There are more than 40 varieties of the hibiscus plant, which can make it simple to find a variety that will grow well in your own yard no matter where you live. A trip to your local nursery will show you the varieties that are winter hardy for your area. Some hibiscus plants also will do well outdoors in a container, provided they are brought inside during the freezing days of winter.
Start hibiscus seeds indoors approximately 12 weeks before the last frost date for your area. Soak the seeds in hot water for one hour before sowing into peat pots or flats, filled with a high quality, fertilizer-added potting soil. If purchasing established plants from a greenhouse or nursery, purchase the plants when you are ready to transplant.
Choose an area of your garden that has good drainage and full sun. Dig a hole in the prepared space twice as large and deep as the hibiscus plant you are transplanting.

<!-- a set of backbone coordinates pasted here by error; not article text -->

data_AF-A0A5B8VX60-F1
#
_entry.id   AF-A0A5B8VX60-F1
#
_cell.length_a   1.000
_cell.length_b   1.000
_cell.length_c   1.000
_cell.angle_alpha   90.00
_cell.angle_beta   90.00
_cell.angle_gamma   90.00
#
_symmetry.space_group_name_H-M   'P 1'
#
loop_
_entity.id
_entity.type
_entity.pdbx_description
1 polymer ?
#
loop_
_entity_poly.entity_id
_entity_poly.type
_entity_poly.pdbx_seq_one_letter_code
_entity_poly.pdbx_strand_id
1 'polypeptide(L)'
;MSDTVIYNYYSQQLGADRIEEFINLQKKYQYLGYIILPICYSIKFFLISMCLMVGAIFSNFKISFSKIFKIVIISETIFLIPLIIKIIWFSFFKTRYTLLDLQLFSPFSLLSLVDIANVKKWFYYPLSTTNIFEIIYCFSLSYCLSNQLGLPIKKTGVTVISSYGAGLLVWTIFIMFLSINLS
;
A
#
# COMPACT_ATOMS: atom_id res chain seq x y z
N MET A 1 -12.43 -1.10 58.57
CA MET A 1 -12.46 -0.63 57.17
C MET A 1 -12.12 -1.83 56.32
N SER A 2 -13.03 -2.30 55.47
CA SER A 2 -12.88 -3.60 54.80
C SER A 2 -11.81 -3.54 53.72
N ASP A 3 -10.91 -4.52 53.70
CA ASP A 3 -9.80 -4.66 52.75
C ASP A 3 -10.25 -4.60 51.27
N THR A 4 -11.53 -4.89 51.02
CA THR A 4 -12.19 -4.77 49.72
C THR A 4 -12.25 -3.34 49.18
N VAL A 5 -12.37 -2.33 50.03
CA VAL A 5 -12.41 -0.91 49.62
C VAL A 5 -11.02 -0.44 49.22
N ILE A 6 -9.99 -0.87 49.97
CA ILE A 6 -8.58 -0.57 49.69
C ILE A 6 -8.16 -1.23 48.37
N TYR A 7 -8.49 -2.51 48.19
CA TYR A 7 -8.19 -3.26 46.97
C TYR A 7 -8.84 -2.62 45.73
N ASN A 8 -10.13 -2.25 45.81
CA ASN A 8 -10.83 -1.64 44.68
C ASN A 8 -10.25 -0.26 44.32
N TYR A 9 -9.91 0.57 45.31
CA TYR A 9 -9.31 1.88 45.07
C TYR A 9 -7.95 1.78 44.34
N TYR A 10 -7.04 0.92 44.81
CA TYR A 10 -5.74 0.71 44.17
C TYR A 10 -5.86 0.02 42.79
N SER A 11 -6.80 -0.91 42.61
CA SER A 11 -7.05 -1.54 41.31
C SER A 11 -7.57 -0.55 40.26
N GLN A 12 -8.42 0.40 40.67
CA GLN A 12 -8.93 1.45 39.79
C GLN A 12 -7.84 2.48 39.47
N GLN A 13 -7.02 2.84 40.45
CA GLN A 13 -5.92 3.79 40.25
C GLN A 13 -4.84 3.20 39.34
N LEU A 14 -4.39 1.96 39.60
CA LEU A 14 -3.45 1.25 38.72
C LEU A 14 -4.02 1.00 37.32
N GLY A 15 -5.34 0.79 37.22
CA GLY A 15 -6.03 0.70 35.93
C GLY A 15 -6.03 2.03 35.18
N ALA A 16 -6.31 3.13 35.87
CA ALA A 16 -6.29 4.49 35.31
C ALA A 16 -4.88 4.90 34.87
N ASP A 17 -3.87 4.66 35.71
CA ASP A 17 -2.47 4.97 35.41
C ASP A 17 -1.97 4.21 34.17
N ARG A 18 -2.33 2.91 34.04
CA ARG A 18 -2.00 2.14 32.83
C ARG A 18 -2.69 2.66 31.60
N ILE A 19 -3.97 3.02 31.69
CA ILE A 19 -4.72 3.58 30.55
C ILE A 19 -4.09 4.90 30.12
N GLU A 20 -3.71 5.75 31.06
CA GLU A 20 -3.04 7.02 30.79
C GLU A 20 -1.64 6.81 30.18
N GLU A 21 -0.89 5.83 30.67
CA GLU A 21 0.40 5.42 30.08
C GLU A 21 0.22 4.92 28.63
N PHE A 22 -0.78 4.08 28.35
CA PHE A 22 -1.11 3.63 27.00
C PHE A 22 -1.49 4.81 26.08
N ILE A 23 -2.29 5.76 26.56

Place the seedling in the hole and backfill the hole with the dirt removed with the shovel or spade. Water the plants thoroughly or until water just begins to stand on the surface.
Water the transplants often enough to keep the surrounding soil moist to the touch. During the hot summer, you may have to water every two to three days.
Fertilize the plants with a 20-20-20 fertilizer at least once a month, with every two to three weeks being optimum for growth. Follow the label directions for mixing and applying the fertilizer.